It must be noted that we have carefully considered the opinion of the Arkansas Supreme Court in Laman v. McCord, 245 Ark. 401, 432 S.W.2d 753 (1968), which, on the ground the legislative mandate was clear, rejected the attorney-client privilege as an exception to the freedom of information statute. In a concurring opinion, Mr. Justice John Fogelman added (245 Ark. 408, 432 S.W.2d 757):
"* * * The statute [embodying the attorney-client privilege] not only protects the client from disclosure by the attorney, it also excuses the client from being compelled to disclose his confidential communications to his attorney or the advice given by the attorney. Casey v. State, 37 Ark. 67.
"Only a small fraction of a city council's need for legal consultation and advice arises in connection with the preparation of cases for trial. Even in pending proceedings the need for confidential communications on settlement possibilities and settlement authority is critical."
But he concluded that (245 Ark. 409, 432 S.W.2d 757):
"It is not our function to look into the wisdom of this action or the advisability of the public purpose sought to be accomplished."
We reject this analysis and prefer to adopt the reasoning of the trial court in its thorough memorandum which was incorporated into the order denying a temporary injunction:
"In conclusion, the two statutes are capable of compatible and concurrent operation assuming that the public officers and attorneys do not abuse their trust by extending the privilege as a mere conduit to suppress public observation of the decision-making process. The `in confidence' communication must not be arbitrarily or unreasonably exercised. Therefore, in holding that the Open Meeting Law does not impliedly repeal the attorney-client privilege as applied to the HRA's right to privately confer with counsel when it reasonably deems such conference requires confidentiality, the motion for a temporary injunction at this stage of the proceedings is accordingly overbroad. And, inasmuch as there has been no probative evidence evincing any other clandestine gathering or meeting by the HRA in contravention of the Open Meeting Law, the motion for temporary injunction should be denied."
In this area requiring a delicate balancing of public interests, our conclusion was reached only after a thorough consideration of the record, which discloses that the members of HRA were involved in active and immediate litigation in their capacity as members of a public agency and also, in one case, as an individual. The advisory meetings with the attorney were necessary to perhaps attain a settlement ultimately beneficial to the agency, the individual, and the general public.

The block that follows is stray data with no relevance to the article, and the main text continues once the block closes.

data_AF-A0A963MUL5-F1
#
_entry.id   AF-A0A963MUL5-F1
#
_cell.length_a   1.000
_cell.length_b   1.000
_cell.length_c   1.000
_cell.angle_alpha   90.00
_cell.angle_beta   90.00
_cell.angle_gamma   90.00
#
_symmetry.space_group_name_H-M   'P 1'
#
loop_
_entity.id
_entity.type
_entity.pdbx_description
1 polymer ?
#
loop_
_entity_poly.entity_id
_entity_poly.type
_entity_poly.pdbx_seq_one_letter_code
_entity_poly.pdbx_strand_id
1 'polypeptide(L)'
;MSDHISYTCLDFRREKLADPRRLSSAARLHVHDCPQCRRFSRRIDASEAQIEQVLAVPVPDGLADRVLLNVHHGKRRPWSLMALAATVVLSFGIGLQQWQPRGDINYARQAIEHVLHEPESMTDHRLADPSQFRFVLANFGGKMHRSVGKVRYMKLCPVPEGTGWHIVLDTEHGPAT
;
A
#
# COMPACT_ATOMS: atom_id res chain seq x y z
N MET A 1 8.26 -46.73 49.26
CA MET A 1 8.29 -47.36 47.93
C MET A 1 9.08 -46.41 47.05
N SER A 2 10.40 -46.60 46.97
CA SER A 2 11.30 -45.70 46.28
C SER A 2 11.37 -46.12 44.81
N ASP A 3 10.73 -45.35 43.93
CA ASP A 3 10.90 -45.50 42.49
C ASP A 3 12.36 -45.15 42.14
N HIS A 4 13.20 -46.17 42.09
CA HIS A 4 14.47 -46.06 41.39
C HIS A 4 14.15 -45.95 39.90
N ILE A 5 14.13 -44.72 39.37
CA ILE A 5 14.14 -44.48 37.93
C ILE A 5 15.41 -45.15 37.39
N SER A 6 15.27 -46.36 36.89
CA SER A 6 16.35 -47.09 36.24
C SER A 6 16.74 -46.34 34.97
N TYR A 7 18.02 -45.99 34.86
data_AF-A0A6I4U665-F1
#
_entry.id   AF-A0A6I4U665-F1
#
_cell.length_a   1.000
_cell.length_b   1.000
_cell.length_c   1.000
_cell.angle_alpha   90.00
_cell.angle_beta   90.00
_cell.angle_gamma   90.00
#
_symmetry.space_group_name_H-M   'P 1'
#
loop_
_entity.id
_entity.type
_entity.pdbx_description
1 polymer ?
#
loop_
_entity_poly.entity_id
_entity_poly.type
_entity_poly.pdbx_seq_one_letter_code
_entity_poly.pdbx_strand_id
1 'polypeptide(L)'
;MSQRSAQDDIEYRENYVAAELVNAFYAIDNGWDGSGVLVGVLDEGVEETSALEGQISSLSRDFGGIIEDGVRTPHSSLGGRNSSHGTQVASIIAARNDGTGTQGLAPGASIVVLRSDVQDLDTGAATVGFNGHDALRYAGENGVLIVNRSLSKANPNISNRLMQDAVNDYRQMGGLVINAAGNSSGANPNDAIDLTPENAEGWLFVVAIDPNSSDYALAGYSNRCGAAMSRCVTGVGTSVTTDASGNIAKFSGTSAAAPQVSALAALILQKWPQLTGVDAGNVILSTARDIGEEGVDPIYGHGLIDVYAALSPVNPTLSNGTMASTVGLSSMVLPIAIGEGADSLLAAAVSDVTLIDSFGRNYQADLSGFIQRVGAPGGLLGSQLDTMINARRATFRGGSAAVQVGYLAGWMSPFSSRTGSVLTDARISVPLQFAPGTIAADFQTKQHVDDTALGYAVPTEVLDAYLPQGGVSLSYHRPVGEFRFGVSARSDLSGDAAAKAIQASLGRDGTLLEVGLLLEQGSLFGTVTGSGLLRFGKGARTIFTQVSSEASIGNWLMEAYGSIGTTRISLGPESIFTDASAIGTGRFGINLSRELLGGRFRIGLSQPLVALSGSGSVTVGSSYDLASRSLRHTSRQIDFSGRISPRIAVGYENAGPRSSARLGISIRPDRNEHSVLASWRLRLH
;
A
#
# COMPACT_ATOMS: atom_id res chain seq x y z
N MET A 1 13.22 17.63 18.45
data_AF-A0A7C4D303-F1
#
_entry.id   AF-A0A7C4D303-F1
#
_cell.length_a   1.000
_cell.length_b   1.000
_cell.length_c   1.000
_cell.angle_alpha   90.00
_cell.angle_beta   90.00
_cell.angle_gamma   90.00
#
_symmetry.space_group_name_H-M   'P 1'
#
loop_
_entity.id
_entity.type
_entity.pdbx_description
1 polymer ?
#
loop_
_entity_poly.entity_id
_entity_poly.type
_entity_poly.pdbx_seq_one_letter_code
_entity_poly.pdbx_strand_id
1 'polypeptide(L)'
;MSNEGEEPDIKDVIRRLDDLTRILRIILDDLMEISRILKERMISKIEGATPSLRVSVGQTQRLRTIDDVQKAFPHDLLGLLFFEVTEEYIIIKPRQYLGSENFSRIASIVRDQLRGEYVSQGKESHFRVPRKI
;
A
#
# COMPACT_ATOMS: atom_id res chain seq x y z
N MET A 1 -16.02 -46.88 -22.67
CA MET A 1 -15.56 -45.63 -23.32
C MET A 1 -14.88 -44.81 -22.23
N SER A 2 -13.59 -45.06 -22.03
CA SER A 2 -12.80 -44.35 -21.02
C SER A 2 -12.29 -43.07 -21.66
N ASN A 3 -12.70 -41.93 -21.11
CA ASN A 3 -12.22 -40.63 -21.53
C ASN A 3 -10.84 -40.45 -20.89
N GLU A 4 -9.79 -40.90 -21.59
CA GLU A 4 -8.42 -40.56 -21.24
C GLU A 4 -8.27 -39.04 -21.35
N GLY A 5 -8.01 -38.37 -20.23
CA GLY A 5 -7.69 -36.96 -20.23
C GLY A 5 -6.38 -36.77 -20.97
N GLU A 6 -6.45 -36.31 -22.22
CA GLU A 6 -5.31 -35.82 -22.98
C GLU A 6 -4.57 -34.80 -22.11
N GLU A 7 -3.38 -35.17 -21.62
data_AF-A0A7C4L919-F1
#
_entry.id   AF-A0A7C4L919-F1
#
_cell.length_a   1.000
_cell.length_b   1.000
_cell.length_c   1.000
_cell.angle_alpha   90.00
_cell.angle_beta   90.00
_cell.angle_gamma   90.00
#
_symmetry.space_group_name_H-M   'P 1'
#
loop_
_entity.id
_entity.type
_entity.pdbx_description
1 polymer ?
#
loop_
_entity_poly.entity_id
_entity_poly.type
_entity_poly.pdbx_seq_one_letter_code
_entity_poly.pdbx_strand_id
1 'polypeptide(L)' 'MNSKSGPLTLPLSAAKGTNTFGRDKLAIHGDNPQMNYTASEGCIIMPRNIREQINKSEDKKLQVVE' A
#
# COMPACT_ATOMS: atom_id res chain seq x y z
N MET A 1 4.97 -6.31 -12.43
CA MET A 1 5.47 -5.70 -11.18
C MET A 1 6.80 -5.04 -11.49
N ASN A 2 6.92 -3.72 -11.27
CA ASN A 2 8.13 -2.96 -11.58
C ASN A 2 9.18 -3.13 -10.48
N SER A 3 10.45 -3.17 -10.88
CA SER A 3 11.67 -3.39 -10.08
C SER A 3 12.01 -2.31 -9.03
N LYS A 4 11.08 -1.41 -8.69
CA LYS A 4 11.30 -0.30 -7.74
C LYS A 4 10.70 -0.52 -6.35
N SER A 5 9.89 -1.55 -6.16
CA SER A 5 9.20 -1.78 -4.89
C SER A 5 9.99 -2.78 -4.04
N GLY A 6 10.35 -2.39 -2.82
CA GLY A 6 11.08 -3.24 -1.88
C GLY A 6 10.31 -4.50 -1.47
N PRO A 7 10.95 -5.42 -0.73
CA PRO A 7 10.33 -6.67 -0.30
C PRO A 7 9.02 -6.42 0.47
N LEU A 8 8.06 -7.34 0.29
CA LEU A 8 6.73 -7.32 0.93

The attorney-client exception is therefore operable in this matter to fully implement the confidentiality of the relationship. A basic understanding of the adversary system indicates that certain phases of litigation strategy may be impaired if every discussion is available for the benefit of opposing parties who may have as a purpose a private gain in contravention to the public need as construed by the agency.
The record discloses that tort cases against the HRA are handled by lawyers retained by insurance companies. Certainly, in this respect, if the board were required to meet with the insurance company's lawyer on a specific case, that consultation should not be subject to public scrutiny as an "open meeting" contemplated by the statute. The attorney-client exception discussed herein would almost never extend to the mere request for general legal advice or opinion by a public body in its capacity as a public agency. We cannot emphasize too strongly that should this exception be applied as a barrier against public access to public affairs, it will not be tolerated, for this court has consistently emphasized that respect for and adherence to the First Amendment is absolutely essential to the continuation of our democratic form of government. It will be upheld, however, if the balancing of these conflicting public policies dictates the need for absolute confidentiality. The exception is therefore available to satisfy the concerns expressed herein but is to be employed or invoked cautiously and seldom in situations other than in relation to threatened or pending litigation.
MacLAUGHLIN, J., after oral argument, withdrew from the consideration and decision of this case.
You will please take notice that on this date the following order was entered in the above entitled cause:
The appellants have petitioned for rehearing, and the same is opposed by the respondents. In their petition for rehearing the appellants do "not seek to question the central holding that the Minnesota Open Meeting Law, Minn.St. § 471.705, and the attorney-client privilege can be interpreted to operate compatibly and concurrently," but suggest that this court establish certain controlling procedures and standards. In such an extensive and important field the public would best be served by full hearings of all interested groups in determining proper parameters of governing rules. Courts do not possess the facilities for the necessary public expression in a single case such as this. An adequate solution should be attempted through diverse organizations such as Common Cause, The League of Municipalities, the Bar Associations, and the various interested media organizations.
ORDERED, that the petition for reargument herein be and the same hereby is denied and stay vacated.